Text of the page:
During the last full week of June, I headed to Yonkers, New York, to a one-day conference at the Consumer Reports testing facilities. Consumers Union invited a group of about 25 bloggers to come together to talk about informed consumerism.
The intellectual in me believed that the sessions at the conference would be interesting (which they were), but it was the geek in me who really wanted to tour their testing operations. I imagined the building to be filled with pocket protector-wearing lab technicians blowing stuff up. In actuality, I only spotted one pocket protector, but I did get to see the remains of exploding grills and a lawn mower chop off a fake finger (hot dog on a stick). I loved every minute of the tour, which was about an hour and a half of our day in Yonkers.
I had lunch with Craig Newmark, the Craig of Craigslist, and discussed the impact of sites like his on the uncluttering movement. I posited that sites like Craigslist, Freecycle, and Ebay have made it easier for people to responsibly get rid of unwanted items. He agreed, and at the end of our 45 minute conversation I felt that I had garnered a new appreciation for these services and the way they bring people and stuff together.
I also greatly enjoyed Ben Popken’s presentation on customer service. Ben is the editor of the watchdog blog Consumerist, which monitors unfair business practices of companies selling products and services in the U.S. A lot of what he said will find its way indirectly into future Unclutterer posts. This presentation was recorded, and I hope to be able to provide a link to it for you in the coming days.
I’m a big fan of Consumer Reports and check it and other review sites before making most of my purchases. Being a smart consumer can take effort, but when you own few possessions, it’s important to focus on quality. Overall, I was glad to spend the day learning from others who share a similar philosophy on educated consumerism.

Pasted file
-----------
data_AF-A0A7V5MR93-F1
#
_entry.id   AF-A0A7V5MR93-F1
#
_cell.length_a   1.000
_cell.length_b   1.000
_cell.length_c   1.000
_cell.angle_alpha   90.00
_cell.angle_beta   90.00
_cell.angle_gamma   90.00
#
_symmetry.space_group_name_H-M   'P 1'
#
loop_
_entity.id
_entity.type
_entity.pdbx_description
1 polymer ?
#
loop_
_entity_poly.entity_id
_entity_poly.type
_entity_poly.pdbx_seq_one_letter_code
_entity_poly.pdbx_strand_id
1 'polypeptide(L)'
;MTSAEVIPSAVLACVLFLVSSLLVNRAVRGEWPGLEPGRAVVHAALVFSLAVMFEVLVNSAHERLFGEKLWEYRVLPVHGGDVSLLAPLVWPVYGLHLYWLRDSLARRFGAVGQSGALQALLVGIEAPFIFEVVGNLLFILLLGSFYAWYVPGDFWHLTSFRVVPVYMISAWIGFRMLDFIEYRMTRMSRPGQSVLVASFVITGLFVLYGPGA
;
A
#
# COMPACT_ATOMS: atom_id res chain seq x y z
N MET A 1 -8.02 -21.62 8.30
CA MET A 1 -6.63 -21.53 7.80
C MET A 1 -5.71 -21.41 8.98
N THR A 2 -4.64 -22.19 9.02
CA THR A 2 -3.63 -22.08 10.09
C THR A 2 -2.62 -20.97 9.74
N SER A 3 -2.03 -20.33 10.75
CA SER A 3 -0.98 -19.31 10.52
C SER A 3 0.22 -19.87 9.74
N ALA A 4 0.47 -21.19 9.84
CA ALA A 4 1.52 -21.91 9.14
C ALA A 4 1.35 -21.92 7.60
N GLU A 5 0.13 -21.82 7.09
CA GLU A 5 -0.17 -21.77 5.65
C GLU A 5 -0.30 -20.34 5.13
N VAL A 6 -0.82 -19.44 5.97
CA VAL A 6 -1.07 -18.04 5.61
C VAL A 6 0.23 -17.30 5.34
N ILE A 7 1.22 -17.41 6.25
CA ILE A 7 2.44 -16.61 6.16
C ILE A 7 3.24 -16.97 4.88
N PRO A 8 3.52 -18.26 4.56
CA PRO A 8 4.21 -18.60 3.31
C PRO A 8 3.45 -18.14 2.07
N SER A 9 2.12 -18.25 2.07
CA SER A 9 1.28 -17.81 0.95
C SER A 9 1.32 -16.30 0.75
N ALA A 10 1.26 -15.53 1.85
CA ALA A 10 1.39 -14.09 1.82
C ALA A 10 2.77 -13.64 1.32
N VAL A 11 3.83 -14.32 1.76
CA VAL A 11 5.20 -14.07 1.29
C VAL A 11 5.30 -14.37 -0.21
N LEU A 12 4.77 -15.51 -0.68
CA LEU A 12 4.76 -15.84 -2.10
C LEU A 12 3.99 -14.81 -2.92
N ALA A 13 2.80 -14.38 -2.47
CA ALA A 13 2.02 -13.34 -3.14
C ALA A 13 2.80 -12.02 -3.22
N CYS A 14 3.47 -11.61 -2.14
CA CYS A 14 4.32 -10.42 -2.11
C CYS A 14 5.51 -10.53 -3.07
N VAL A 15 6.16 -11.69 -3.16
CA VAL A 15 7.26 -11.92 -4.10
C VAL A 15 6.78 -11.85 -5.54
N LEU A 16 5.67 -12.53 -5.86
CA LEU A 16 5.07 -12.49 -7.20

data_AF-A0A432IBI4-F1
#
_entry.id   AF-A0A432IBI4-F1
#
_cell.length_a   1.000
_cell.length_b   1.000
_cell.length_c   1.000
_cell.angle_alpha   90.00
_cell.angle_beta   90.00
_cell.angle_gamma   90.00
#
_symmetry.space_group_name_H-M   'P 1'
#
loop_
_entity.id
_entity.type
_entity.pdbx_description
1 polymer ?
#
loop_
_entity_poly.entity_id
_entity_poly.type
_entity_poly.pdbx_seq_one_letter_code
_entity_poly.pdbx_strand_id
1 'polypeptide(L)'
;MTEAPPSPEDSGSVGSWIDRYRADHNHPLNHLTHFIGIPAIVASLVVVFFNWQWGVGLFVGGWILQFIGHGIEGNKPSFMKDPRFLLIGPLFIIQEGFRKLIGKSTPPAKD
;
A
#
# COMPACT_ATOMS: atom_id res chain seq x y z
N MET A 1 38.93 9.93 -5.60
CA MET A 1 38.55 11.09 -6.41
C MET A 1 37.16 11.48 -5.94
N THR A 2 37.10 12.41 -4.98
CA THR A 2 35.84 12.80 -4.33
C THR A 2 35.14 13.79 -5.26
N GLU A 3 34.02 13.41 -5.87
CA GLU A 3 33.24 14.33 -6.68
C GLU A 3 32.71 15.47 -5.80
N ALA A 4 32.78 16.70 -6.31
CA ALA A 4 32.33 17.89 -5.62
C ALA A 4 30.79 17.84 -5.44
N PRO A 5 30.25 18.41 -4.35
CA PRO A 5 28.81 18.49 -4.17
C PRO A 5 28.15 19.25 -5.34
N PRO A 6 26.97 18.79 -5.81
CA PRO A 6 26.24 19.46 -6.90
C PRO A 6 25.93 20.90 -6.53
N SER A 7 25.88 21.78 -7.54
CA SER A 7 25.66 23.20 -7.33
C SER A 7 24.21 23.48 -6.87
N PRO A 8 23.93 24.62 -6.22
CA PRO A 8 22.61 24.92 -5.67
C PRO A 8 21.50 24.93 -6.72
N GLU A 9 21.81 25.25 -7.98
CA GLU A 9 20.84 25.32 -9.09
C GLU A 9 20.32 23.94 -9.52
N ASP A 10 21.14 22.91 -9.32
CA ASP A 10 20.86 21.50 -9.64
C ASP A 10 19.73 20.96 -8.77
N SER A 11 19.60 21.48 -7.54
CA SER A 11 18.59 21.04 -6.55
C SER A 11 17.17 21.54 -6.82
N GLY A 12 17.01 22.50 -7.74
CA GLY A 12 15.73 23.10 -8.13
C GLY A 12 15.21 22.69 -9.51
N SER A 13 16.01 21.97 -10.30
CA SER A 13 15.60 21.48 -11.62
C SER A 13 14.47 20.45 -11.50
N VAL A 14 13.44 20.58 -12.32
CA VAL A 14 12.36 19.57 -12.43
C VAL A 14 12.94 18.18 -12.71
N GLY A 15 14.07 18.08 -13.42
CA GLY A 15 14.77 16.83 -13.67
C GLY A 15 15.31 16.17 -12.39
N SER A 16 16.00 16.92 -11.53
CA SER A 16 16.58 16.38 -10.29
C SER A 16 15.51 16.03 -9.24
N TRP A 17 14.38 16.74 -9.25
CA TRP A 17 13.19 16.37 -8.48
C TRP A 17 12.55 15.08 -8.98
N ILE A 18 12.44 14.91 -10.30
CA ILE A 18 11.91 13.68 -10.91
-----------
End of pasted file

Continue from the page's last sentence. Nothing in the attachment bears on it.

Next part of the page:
Now, for what you’ve been waiting for, an inside look at Consumer Reports …
All of the glass surfaces throughout the building have the Consumer Reports rating circles etched into them. You never forget where you are:
One of our first stops on the tour was to the pure-sound chamber. There is no echo in this room, which allows technicians to measure the actual sound levels coming out of a device. After just five minutes in this room, I had a brief, but severe, headache:
While still in the stereo testing wing of the building, we went inside the “family room” where live subjects sit on a couch and listen to different stereo equipment. The curtain in this photograph is where the equipment is hidden so that test subjects aren’t influenced by brand names:
Our next stop on the tour was of the television testing facilities. Along the walls of this room are dozens of televisions broadcasting the same test images. This room is used for side-by-side comparison testings:
The kitchen lab does daily accuracy tests on all of the latest appliances to hit the U.S. market. The day we were there the team was testing ovens by recording the colors of cookies baked on different shelves in 10 ovens. The engineers use a color spectrometer to record the exact color of each cookie top and bottom:
Here are cookie bottoms baked in two ovens on two different shelves in their respective ovens. You can see that the oven on the left has a more consistent temperature throughout the unit than the oven on the right:
In the sensory experience lab, we were shown how the testers set up projects for blind taste testings. The dark squares in the middle of this picture are where food items are slid into the testing room on the other side of the wall. A red light illuminates the testing room so that test subjects aren’t influenced by the food’s appearance:
Learning the methods that are used in testings made me more comfortable with the data Consumer Reports publishes. Now, if only Underwriter’s Laboratory would invite me to visit their facilities! A geeky girl can dream, right?!